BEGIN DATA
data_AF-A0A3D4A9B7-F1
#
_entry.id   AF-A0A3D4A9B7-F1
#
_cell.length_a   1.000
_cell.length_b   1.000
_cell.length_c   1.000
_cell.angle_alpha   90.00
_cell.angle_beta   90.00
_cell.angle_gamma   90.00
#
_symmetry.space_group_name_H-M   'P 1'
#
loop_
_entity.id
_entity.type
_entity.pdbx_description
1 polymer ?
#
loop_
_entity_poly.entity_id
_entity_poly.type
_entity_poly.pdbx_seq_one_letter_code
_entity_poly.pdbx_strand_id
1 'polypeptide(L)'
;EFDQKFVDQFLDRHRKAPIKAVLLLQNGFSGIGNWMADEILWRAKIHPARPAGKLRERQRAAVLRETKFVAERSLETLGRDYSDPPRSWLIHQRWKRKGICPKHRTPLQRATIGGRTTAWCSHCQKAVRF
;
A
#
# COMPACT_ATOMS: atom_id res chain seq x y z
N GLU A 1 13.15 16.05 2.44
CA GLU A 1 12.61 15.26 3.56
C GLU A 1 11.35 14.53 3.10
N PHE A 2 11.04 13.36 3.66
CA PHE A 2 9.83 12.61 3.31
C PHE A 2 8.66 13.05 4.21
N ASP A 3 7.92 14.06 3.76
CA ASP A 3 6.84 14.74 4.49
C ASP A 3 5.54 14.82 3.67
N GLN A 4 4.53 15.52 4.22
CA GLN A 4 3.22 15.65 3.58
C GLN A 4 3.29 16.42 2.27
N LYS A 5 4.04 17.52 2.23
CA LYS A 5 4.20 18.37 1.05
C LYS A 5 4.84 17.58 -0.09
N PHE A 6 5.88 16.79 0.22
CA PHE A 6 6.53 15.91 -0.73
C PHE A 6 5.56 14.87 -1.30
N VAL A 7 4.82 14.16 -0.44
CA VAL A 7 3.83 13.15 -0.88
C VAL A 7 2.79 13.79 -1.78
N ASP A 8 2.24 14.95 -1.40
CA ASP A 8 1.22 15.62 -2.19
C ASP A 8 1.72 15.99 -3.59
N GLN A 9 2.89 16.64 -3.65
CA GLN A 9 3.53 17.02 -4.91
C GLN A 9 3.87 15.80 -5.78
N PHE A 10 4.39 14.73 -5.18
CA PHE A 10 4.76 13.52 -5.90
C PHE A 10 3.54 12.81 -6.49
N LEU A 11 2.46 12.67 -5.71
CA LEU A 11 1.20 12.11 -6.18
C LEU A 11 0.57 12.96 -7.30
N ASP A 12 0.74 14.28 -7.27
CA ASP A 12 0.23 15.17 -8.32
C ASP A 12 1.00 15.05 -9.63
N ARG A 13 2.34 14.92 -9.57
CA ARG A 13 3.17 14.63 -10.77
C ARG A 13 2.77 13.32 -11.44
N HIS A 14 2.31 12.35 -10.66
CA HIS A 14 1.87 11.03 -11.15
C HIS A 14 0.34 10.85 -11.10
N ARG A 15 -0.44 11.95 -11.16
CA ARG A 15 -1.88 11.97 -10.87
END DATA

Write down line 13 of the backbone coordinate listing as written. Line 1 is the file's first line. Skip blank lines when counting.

#